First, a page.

Conserve Wildlife Blog

Project RedBand is a go!

September 4th, 2014

Time to get outside and watch some ospreys!

by Ben Wurst, Habitat Program Manager

A pair of ospreys produced at a nest on Barnegat Bay were banded with a red auxiliary band. © Northside Jim

A pair of ospreys produced at a nest on Barnegat Bay were banded with a red auxiliary band. © Northside Jim

A lot has changed throughout the 40 project history of the New Jersey Osprey Project. From a low of only 53 osprey pairs (statewide) in 1973, today there are more than 540 pairs that return here each year to feed, nest, and raise young. In the beginning work to re-establish their population was a trementous undertaking. Ospreys, a  were loaded with environmental contaminents (DDT, which caused the thinning of egg shells), their habitat was bulldozed, and early on birds were shot for their feathers and eggs. Once the Endangered Species Conservation Act of 1973 ospreys were afforded protection they deserved, and work by biologists like Pete McLain were underway to restore the population in New Jersey.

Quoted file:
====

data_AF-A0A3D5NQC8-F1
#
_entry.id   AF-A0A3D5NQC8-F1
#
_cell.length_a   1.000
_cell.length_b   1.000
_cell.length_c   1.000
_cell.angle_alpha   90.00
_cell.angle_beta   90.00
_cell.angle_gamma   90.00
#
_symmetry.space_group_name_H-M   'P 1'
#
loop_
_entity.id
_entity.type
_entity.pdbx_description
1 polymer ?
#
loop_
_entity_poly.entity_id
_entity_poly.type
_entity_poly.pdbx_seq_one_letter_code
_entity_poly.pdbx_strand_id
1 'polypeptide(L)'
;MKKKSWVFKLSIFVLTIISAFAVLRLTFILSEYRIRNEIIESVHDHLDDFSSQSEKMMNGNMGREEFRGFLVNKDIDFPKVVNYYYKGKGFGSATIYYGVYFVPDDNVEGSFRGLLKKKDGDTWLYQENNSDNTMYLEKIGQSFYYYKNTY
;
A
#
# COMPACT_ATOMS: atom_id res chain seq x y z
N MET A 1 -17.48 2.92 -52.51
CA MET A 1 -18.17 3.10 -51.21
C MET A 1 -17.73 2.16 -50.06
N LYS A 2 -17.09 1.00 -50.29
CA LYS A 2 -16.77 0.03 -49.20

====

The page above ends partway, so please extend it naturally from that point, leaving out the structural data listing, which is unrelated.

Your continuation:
Today we’re in a whole new era of osprey conservation and are relying more on sighting and input from the public, or “Osprey Watchers.” To help engage citizen scientists, and for the first time in over 20 years, young ospreys have been marked with an auxiliary band. The new band, which is a red anodized aluminum rivet band, bears an alpha-numeric code allows birders, osprey watchers and wildlife photographers the ability to identify these individual birds by their bands. This new project, “Project RedBand” is being focused on ospreys that nest in the Barnegat Bay watershed from Point Pleasant south to Little Egg Harbor. The main goals of the project are to engage the public in osprey management and conservation along the Jersey Shore. At the same time, while collecting data from re-sightings, we will learn about their dispersal, foraging habits, site fidelity, migration routes, and their life span.

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